Unknown Roman god (photo: Peter Jülich) A Roman sanctuary is found in an ancient temple in the southeast of Turkey with a depiction of a mysterious and unknown Roman god in it. On it, the god rises up from a plant and may be a fusion of Near Eastern and... Read full history →
  • History’s most unexpected veggies? The bloodthirsty Roman gladiators

    Jan Huisman
    9 Nov 2014 | 7:32 am
    According to popular belief, meat eaters are more aggressive and energetic than vegetarians . How is it then that some of the most brutal and aggressive warriors from history, Roman gladiators, ate mostly plants and grains? New research of the medical university of Vienna suggests just that. The researchers analyzed by... Read full history →
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    Ancient History Encyclopedia

  • China's Tang Dynasty Golden Age

    22 Dec 2014 | 9:00 am
    China's Tang dynasty golden age is routinely described as one of the most brilliant eras in Chinese history. Under Tang rule and leadership, China became the wealthiest, most populous, and most sophisticated civilization on earth. While exerting political hegemony and a powerful cultural influence across East Asia, China was also open to influences from its Turkic and Indian neighbors. In this exclusive...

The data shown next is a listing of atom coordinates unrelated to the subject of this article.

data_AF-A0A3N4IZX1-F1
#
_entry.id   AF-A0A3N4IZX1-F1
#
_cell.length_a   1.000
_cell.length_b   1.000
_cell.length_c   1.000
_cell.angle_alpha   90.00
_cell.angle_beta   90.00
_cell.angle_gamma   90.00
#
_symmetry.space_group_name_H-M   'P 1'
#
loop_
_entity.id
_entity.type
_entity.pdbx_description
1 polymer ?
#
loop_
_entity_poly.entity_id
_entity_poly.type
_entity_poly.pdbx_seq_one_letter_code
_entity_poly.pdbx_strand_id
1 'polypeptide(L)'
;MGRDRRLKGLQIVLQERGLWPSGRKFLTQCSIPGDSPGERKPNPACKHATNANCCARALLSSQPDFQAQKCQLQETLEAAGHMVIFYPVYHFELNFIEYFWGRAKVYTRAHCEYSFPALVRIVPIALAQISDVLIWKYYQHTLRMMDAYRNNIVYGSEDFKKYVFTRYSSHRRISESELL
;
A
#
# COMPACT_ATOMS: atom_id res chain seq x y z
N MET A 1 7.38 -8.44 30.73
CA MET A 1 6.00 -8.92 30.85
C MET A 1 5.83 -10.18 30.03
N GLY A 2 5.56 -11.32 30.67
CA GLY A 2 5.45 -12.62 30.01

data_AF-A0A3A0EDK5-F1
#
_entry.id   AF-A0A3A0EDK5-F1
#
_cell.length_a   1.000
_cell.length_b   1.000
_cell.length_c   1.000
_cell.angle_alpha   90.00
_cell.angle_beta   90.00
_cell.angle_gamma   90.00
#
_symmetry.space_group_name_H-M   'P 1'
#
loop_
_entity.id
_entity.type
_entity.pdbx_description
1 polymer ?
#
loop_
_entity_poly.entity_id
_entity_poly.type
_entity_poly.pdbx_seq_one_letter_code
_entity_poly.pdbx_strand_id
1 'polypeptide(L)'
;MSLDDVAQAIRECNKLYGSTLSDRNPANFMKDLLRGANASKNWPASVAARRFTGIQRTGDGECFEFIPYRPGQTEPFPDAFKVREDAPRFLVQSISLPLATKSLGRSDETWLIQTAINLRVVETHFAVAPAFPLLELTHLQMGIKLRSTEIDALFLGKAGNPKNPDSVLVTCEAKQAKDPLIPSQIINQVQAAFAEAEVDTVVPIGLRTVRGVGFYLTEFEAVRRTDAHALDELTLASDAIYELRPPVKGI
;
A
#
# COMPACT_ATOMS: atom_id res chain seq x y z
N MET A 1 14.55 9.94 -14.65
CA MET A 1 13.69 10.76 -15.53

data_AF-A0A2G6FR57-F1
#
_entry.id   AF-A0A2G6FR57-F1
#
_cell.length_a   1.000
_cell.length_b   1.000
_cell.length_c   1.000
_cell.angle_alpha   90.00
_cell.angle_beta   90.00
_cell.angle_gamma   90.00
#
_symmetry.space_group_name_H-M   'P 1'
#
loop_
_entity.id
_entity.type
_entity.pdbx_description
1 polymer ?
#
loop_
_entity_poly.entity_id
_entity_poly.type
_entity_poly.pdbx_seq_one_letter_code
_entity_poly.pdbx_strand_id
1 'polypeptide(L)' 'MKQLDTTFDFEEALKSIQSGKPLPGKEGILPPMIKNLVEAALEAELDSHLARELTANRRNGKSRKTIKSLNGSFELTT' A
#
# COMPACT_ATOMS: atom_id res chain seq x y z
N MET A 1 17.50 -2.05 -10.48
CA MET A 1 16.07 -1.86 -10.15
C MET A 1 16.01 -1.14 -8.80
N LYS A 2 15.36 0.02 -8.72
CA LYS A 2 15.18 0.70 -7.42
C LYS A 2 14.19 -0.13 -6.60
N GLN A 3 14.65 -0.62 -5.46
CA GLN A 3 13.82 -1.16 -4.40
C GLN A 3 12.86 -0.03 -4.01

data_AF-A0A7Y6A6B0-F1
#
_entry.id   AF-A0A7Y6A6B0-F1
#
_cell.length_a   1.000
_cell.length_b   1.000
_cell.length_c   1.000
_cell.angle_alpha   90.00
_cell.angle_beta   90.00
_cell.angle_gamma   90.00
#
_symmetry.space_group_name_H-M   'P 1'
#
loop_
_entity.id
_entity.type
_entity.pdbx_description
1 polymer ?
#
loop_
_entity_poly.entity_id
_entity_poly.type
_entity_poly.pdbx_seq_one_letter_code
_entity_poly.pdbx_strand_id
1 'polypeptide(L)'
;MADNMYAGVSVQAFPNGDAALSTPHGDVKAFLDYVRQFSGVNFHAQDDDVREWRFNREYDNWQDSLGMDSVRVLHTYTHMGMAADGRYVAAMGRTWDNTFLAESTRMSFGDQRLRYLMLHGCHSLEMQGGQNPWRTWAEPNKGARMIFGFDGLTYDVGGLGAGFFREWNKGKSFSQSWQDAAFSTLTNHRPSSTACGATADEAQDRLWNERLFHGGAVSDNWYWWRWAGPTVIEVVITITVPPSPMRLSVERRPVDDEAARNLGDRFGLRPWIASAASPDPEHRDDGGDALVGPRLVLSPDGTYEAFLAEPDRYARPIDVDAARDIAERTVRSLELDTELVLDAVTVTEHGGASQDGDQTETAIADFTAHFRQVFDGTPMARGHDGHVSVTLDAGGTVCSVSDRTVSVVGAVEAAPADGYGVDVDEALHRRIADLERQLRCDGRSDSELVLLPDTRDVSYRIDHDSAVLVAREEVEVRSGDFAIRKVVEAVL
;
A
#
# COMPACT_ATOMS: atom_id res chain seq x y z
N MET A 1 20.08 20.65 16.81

• Finding Roman Bridges in Provence, France

    20 Dec 2014 | 9:00 am
    "Pontem perpetui mansurum in saecula mundi" (I have built a bridge which will last forever) Caius Julius Lacer, builder of the Alcntara Bridge Ancient Roman bridges represent one of the greatest wonders of the ancient world. They are an exceptional feat of Roman construction and I hold a certain fascination for these impressive ancient structures. Naturally, I always look for traces of Roman bridges...